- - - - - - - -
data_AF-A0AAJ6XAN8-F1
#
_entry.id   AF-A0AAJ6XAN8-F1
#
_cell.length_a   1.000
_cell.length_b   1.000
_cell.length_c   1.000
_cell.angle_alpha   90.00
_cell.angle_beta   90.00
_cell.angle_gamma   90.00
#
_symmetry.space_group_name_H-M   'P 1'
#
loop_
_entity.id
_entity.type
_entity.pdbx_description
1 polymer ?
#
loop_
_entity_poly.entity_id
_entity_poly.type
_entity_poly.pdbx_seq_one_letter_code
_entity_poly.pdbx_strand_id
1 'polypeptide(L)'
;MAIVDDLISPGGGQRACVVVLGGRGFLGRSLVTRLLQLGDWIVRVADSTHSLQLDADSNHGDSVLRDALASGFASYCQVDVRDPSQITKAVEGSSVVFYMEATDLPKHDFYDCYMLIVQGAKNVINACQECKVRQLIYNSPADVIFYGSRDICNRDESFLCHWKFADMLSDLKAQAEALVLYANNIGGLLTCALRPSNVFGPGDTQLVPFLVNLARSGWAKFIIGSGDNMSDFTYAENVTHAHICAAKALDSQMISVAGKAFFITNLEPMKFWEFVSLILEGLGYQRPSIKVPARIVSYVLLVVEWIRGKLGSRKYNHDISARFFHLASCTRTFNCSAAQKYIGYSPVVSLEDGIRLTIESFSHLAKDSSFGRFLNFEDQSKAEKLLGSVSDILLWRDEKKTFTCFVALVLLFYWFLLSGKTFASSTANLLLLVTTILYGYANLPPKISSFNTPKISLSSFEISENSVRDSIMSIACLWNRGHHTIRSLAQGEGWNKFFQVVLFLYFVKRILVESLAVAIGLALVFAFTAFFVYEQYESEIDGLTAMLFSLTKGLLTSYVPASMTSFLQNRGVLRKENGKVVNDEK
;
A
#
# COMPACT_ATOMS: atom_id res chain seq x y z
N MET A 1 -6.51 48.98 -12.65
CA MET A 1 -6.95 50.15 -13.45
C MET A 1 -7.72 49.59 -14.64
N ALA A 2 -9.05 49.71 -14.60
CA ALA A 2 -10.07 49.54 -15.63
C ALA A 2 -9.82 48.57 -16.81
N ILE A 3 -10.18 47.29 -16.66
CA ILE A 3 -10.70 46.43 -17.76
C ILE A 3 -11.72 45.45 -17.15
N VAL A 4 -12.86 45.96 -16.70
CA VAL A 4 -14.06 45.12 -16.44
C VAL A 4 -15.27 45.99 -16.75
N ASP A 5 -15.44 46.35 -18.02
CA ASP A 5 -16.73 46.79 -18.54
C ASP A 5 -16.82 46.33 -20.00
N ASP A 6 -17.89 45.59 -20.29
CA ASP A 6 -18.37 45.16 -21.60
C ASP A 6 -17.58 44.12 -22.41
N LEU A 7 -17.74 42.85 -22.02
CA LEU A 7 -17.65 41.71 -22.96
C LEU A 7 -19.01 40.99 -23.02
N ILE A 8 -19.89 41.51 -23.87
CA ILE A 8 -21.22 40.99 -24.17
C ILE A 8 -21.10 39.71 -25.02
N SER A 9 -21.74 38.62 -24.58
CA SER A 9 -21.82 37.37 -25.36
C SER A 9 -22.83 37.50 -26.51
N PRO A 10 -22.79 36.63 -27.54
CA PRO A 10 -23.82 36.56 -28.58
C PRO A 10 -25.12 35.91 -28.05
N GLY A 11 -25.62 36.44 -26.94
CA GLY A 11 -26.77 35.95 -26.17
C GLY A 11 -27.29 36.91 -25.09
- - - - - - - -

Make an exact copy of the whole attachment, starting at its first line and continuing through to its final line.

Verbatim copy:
data_AF-A0AAJ6XAN8-F1
#
_entry.id   AF-A0AAJ6XAN8-F1
#
_cell.length_a   1.000
_cell.length_b   1.000
_cell.length_c   1.000
_cell.angle_alpha   90.00
_cell.angle_beta   90.00
_cell.angle_gamma   90.00
#
_symmetry.space_group_name_H-M   'P 1'
#
loop_
_entity.id
_entity.type
_entity.pdbx_description
1 polymer ?
#
loop_
_entity_poly.entity_id
_entity_poly.type
_entity_poly.pdbx_seq_one_letter_code
_entity_poly.pdbx_strand_id
1 'polypeptide(L)'
;MAIVDDLISPGGGQRACVVVLGGRGFLGRSLVTRLLQLGDWIVRVADSTHSLQLDADSNHGDSVLRDALASGFASYCQVDVRDPSQITKAVEGSSVVFYMEATDLPKHDFYDCYMLIVQGAKNVINACQECKVRQLIYNSPADVIFYGSRDICNRDESFLCHWKFADMLSDLKAQAEALVLYANNIGGLLTCALRPSNVFGPGDTQLVPFLVNLARSGWAKFIIGSGDNMSDFTYAENVTHAHICAAKALDSQMISVAGKAFFITNLEPMKFWEFVSLILEGLGYQRPSIKVPARIVSYVLLVVEWIRGKLGSRKYNHDISARFFHLASCTRTFNCSAAQKYIGYSPVVSLEDGIRLTIESFSHLAKDSSFGRFLNFEDQSKAEKLLGSVSDILLWRDEKKTFTCFVALVLLFYWFLLSGKTFASSTANLLLLVTTILYGYANLPPKISSFNTPKISLSSFEISENSVRDSIMSIACLWNRGHHTIRSLAQGEGWNKFFQVVLFLYFVKRILVESLAVAIGLALVFAFTAFFVYEQYESEIDGLTAMLFSLTKGLLTSYVPASMTSFLQNRGVLRKENGKVVNDEK
;
A
#
# COMPACT_ATOMS: atom_id res chain seq x y z
N MET A 1 -6.51 48.98 -12.65
CA MET A 1 -6.95 50.15 -13.45
C MET A 1 -7.72 49.59 -14.64
N ALA A 2 -9.05 49.71 -14.60
CA ALA A 2 -10.07 49.54 -15.63
C ALA A 2 -9.82 48.57 -16.81
N ILE A 3 -10.18 47.29 -16.66
CA ILE A 3 -10.70 46.43 -17.76
C ILE A 3 -11.72 45.45 -17.15
N VAL A 4 -12.86 45.96 -16.70
CA VAL A 4 -14.06 45.12 -16.44
C VAL A 4 -15.27 45.99 -16.75
N ASP A 5 -15.44 46.35 -18.02
CA ASP A 5 -16.73 46.79 -18.54
C ASP A 5 -16.82 46.33 -20.00
N ASP A 6 -17.89 45.59 -20.29
CA ASP A 6 -18.37 45.16 -21.60
C ASP A 6 -17.58 44.12 -22.41
N LEU A 7 -17.74 42.85 -22.02
CA LEU A 7 -17.65 41.71 -22.96
C LEU A 7 -19.01 40.99 -23.02
N ILE A 8 -19.89 41.51 -23.87
CA ILE A 8 -21.22 40.99 -24.17
C ILE A 8 -21.10 39.71 -25.02
N SER A 9 -21.74 38.62 -24.58
CA SER A 9 -21.82 37.37 -25.36
C SER A 9 -22.83 37.50 -26.51
N PRO A 10 -22.79 36.63 -27.54
CA PRO A 10 -23.82 36.56 -28.58
C PRO A 10 -25.12 35.91 -28.05
N GLY A 11 -25.62 36.44 -26.94
CA GLY A 11 -26.77 35.95 -26.17
C GLY A 11 -27.29 36.91 -25.09